July 17, 2020
by Tom Quinn
Creighton University's School of Medicine - Emeritus
click here for photo and information about the writer

Friday of the Fifteenth Week in Ordinary Time
Lectionary: 393

Isaiah 38:1-6, 21-22, 7-8
Isaiah 38:10, 11, 12abcd, 16
Matthew Mt 12:1-8

Praying Ordinary Time

Weekly Guide for Daily Prayer

Praying in Times of Crisis

Hezekiah, the King of Judah, the thirteenth king to succeed King David, had a multitude of troubles.  He was planning fortifications, fending off the Assyrians, and to the dismay of everyone who depended upon him, he suddenly became desperately ill.  It fell to the prophet Isaiah to tell the king that God said: “Put your house in order, for you are about to die; you shall not recover.”  No one wants to hear this; Hezekiah wept and prayed as if he needed to remind God that he had always been a good and faithful man.  In so many words, he prayed, “why me, Lord?” God heard his prayer, and again, Isaiah acted as intermediary to tell the King good news, “You will be cured of your illness, and will live another fifteen years.”
Rather than immediate faith in God’s words, Hezekiah wanted a sign that he would recover.  Isaiah told him that God would cause the shadow on the stairs leading to the terrace of Ahaz (part of the temple) to retreat ten steps. This was likely akin to the shadow on a sundial reversing its position.

Many (all) of us are now enduring the effects of the pandemic. Some of us may become ill, have been ill, may even die from the viral infection.  If we feel that God is telling us, “put your house in order, you will not recover,” we may pray, as Hezekiah did, to remind God of our goodness and faithfulness.  We rather need to dwell in our prayers on the fact that we have a merciful and understanding God. He heard Hezekiah’s tearful plea, and even heeded his need for a sign. Most of us will not require an elaborate or miraculous sign that God hears our prayers.  Since the time of King Hezekiah, we have learned from Jesus’ toleration of suffering, humility, and obedience that surely help us to pray.  Jesus tells us that the Our Father is the way to pray to the Father. The Hail Mary is a comforting prayer anytime, but may be especially so, if we find ourselves “at the hour of our death.”  Even Jesus had the solace of his mother as he hung suffering on the cross.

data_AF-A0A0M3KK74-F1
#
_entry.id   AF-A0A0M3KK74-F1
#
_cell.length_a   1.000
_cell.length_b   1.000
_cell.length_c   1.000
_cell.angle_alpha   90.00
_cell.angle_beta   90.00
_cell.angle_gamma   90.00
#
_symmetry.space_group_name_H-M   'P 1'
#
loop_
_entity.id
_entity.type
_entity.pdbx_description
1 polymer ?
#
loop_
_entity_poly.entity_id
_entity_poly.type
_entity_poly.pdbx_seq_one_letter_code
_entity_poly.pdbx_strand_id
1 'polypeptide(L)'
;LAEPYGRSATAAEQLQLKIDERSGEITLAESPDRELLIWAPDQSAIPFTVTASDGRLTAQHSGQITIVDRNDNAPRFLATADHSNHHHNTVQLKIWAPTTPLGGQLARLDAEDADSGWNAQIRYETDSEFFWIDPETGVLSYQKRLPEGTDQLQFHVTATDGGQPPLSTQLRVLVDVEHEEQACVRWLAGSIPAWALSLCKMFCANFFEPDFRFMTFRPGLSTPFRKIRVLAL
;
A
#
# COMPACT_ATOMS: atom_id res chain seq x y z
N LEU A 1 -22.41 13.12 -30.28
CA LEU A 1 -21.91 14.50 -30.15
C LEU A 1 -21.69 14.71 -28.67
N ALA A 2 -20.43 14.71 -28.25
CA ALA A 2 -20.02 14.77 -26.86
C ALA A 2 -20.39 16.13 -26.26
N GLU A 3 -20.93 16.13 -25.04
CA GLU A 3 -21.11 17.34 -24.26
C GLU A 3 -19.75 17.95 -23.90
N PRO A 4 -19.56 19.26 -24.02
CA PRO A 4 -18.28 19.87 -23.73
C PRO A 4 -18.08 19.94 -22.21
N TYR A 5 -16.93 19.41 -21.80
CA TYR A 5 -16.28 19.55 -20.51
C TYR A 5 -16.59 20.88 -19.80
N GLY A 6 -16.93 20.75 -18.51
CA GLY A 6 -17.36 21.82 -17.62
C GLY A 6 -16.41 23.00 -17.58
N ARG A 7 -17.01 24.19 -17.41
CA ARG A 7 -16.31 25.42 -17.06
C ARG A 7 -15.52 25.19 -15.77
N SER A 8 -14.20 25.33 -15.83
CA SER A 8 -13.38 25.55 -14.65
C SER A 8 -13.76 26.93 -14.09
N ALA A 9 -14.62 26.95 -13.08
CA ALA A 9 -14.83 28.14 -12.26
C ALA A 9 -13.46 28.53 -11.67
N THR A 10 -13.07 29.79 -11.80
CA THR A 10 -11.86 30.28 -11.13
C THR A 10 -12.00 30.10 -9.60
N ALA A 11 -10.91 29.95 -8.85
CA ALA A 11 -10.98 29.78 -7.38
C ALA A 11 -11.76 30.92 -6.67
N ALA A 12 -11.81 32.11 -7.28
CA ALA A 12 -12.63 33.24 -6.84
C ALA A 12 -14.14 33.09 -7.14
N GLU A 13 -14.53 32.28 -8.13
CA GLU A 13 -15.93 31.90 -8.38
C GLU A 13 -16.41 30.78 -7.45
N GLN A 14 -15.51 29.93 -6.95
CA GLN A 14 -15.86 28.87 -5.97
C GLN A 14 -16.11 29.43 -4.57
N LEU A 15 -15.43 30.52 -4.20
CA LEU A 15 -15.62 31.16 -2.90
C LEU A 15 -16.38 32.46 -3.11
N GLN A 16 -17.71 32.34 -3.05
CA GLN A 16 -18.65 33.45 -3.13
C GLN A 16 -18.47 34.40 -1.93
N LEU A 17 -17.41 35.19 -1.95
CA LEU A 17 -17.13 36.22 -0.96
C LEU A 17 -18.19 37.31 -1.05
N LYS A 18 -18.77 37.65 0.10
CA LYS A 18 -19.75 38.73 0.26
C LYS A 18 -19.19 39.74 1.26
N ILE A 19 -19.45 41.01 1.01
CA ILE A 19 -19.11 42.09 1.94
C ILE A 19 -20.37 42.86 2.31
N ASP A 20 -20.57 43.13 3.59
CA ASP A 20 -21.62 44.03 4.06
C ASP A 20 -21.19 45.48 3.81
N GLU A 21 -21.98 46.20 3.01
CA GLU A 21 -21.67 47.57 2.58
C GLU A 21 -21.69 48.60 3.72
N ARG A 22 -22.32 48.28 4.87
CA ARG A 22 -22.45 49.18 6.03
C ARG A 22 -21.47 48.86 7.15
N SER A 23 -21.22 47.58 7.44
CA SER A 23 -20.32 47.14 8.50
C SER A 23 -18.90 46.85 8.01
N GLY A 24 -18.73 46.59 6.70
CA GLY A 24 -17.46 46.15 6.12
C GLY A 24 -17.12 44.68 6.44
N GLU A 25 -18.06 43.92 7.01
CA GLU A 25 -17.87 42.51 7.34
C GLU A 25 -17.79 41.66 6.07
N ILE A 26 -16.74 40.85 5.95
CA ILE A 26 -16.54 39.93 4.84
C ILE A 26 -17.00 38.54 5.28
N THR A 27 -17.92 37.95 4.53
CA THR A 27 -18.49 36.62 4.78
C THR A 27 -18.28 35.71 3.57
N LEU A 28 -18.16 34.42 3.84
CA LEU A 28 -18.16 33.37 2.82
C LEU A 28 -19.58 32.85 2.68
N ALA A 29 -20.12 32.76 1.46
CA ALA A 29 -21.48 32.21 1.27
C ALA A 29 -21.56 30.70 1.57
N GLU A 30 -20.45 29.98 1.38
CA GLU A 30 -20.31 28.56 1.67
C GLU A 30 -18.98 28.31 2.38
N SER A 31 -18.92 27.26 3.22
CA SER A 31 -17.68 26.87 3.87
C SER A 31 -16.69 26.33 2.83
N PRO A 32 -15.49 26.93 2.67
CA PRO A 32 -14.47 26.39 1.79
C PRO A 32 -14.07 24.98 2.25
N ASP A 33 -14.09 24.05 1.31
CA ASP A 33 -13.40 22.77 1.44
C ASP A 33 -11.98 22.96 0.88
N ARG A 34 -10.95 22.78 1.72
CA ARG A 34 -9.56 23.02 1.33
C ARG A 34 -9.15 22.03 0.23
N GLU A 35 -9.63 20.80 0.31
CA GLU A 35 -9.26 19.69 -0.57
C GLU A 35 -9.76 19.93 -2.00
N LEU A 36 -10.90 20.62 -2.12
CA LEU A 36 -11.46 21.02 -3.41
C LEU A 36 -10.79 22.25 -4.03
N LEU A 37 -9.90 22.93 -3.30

The response psalm today certainly conveys a preferable alternative prayer; “you saved my life, Lord, I shall not die.” Accept God’s mercy. Praise God.  Even when we feel that we may be in danger of death “in the noon time of our life,” we should remember, and be thankful, that “those live who the Lord protects; yours is the life of the Spirit. You have given me health and life.”

The gospel today reminds us that love, concern, and mercy for each other, are more pleasing to God than sacrifices.  Jesus and his followers were criticized by the Pharisees for picking grain on the Sabbath when they became hungry.  Jesus used this opportunity to point out that King David and his companions were hungry and had eaten sacrificial food at the Temple.  His point was to show that love, compassion, and care for one another, the spirit of the law, were more important than the letter of the law.  More important, perhaps, was the statement to the Pharisees that “the Son of Man (the Messiah, Jesus Christ) is King of the Sabbath.” 

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